New Religions - Mungiki
Gang war in Kenya leaves 11 police dead
(Reuters, July 4, 2007)
Nairobi, Kenya - Eleven Kenyan police officers were killed last month during a war with the Mungiki criminal gang that has sparked fears of violence during an election planned for later this year, police said.
The government has sworn to eliminate Mungiki and the death toll has mounted during a crackdown and reprisals from Mungiki, which has spread fear in east Africa's biggest economy with scores of attacks and beheadings in Nairobi and central Kenya.
"The month of June has been very challenging. We regret the loss of 11 officers in the line of duty," Kenya Police spokesman Eric Kiraithe told Reuters.
Kiraithe said he could not confirm the number of people killed by the police during the operation, but local media reported that 112 people have been killed in the past month.
He said 3,379 suspected Mungiki have been arrested across the country and charged in court.
In the latest attack, seven suspected Mungiki were shot dead in central Kenya after they were found taking an illegal oath on Sunday. Police say most of those killed had resisted arrest and shot at officers.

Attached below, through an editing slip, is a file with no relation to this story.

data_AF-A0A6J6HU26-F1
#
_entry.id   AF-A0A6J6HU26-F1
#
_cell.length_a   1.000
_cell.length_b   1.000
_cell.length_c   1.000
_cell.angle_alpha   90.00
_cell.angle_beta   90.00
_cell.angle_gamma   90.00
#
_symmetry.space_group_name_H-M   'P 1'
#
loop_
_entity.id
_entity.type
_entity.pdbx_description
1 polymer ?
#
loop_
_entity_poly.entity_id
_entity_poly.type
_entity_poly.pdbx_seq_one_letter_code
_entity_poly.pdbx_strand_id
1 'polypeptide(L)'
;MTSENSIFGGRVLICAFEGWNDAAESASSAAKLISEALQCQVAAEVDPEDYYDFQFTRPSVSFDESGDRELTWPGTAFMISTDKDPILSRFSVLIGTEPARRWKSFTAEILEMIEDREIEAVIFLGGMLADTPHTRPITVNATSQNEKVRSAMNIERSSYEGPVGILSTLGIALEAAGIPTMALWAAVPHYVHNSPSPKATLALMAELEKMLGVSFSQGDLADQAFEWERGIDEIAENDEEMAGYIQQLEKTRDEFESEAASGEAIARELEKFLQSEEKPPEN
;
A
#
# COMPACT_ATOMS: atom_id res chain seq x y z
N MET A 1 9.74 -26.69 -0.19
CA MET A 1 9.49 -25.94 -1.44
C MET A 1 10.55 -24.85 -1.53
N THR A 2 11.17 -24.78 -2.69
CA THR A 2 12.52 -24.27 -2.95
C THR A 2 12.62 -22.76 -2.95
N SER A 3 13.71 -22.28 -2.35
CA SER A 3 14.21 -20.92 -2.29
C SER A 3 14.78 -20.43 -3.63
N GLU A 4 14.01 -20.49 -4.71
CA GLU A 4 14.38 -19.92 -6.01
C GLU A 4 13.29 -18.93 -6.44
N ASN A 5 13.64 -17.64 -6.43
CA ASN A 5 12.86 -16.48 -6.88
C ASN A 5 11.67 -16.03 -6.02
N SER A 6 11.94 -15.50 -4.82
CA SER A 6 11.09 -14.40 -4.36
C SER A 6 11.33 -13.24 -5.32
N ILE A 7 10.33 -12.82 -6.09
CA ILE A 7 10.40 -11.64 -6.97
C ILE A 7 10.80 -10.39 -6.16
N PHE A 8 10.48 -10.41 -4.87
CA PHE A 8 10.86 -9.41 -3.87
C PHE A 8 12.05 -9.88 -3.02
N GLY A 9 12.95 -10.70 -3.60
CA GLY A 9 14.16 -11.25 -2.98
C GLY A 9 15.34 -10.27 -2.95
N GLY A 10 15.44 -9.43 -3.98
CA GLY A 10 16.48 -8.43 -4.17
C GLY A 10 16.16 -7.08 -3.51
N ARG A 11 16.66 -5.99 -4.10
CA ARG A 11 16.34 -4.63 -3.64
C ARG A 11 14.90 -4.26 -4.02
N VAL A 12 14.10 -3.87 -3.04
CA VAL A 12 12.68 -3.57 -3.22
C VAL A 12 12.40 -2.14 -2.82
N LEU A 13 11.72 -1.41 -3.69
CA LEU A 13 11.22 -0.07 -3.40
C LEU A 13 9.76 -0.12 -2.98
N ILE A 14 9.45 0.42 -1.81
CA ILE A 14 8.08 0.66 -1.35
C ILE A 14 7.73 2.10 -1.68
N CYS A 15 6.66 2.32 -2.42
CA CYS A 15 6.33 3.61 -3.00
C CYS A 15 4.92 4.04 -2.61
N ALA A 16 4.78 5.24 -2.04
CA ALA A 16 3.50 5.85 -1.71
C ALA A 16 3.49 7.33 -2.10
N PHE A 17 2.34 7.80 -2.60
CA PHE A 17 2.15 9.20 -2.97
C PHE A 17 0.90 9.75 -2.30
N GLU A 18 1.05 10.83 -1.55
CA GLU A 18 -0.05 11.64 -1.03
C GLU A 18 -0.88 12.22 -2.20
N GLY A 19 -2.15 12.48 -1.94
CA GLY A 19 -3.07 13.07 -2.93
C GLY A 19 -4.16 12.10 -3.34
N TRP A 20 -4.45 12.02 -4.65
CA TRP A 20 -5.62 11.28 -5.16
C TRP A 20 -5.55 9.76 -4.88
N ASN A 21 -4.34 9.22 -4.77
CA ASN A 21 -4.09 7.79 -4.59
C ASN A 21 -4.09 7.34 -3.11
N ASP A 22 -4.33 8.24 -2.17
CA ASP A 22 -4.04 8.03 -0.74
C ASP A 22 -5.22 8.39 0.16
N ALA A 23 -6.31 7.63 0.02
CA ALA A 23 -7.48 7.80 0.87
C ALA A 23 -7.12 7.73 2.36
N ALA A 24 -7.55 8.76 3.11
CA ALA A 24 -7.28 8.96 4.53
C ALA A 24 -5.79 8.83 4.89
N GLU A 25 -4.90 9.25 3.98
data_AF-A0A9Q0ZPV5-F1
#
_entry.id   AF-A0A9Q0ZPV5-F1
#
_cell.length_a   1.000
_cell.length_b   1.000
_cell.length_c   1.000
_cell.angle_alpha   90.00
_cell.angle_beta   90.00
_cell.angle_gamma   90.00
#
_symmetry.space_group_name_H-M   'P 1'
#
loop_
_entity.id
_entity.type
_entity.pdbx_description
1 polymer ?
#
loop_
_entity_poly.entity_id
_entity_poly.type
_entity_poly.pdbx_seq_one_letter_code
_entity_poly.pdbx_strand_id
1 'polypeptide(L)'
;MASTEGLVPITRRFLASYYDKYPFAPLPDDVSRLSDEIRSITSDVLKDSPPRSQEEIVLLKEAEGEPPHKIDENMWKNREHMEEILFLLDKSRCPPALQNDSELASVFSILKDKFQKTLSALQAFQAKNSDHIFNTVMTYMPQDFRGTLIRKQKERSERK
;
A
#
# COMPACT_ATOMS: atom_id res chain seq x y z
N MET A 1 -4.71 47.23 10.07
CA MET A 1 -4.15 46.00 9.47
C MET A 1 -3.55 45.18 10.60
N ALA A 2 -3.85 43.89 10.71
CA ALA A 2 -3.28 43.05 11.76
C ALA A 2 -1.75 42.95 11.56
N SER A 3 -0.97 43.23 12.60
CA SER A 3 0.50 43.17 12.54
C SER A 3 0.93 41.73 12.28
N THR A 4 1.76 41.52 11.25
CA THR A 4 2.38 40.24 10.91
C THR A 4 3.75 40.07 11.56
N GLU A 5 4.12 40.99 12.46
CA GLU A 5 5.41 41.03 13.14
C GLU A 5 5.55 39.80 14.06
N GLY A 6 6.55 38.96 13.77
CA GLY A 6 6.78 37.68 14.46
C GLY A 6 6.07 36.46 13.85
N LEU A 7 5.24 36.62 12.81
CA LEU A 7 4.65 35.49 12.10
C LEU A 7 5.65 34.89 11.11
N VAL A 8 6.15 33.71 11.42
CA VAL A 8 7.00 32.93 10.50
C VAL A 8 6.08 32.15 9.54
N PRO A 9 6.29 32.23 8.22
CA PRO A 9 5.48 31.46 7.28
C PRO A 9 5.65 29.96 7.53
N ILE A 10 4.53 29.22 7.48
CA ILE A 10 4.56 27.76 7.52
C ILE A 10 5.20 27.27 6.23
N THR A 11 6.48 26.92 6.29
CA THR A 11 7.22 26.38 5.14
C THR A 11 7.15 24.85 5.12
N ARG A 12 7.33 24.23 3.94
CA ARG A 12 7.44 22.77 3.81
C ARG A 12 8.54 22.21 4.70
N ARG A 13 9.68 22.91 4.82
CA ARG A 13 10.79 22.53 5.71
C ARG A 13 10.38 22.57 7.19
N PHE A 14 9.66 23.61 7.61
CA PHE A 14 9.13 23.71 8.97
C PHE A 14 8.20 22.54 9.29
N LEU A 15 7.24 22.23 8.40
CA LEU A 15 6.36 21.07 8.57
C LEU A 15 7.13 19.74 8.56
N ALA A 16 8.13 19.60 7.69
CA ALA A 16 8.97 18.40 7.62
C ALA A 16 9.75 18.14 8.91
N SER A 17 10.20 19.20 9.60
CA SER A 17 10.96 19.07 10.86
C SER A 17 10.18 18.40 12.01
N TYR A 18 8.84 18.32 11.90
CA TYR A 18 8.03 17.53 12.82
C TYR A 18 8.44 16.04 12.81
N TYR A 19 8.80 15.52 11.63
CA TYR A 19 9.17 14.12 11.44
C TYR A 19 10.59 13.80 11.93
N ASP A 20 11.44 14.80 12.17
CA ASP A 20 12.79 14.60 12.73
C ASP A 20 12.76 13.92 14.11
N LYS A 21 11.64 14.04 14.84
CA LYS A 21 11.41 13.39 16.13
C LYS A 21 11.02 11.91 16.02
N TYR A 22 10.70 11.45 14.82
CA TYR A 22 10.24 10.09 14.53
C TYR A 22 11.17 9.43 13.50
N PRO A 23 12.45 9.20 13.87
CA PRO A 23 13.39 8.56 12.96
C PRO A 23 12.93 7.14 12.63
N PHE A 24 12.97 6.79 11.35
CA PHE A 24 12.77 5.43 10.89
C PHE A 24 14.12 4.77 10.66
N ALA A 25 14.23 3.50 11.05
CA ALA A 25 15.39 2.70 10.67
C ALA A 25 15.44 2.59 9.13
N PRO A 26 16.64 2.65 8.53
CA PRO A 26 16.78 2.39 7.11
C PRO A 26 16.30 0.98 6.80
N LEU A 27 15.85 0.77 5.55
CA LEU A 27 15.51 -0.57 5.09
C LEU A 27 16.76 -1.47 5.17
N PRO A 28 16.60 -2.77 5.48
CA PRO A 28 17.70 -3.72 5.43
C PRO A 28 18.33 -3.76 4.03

Mungiki, which means "multitude" in the local Kikuyu language, claims to champion the rights of the poor and urges a return to traditional Kikuyu values.
Drawn mostly from the Kikuyu, Kenya's largest tribe, it has adopted the trappings of the Mau Mau insurgents who fought the British colonial government for independence.
But police say it has metamorphosed into the biggest criminal mafia in the country.
The gang gets its money from extortion in the country's lucrative minibus transport industry and other protection rackets.
It appears to be providing muscle-for-hire to politicians slugging it out in the election expected in December this year.
Kiraithe warned that not all the criminals killed in the crackdown were Mungiki members, but rather others taking advantage of the spotlight on Mungiki to carry out crimes.
Human rights groups accuse the government of excessive force during the crackdown, but police maintain they exercise restraint.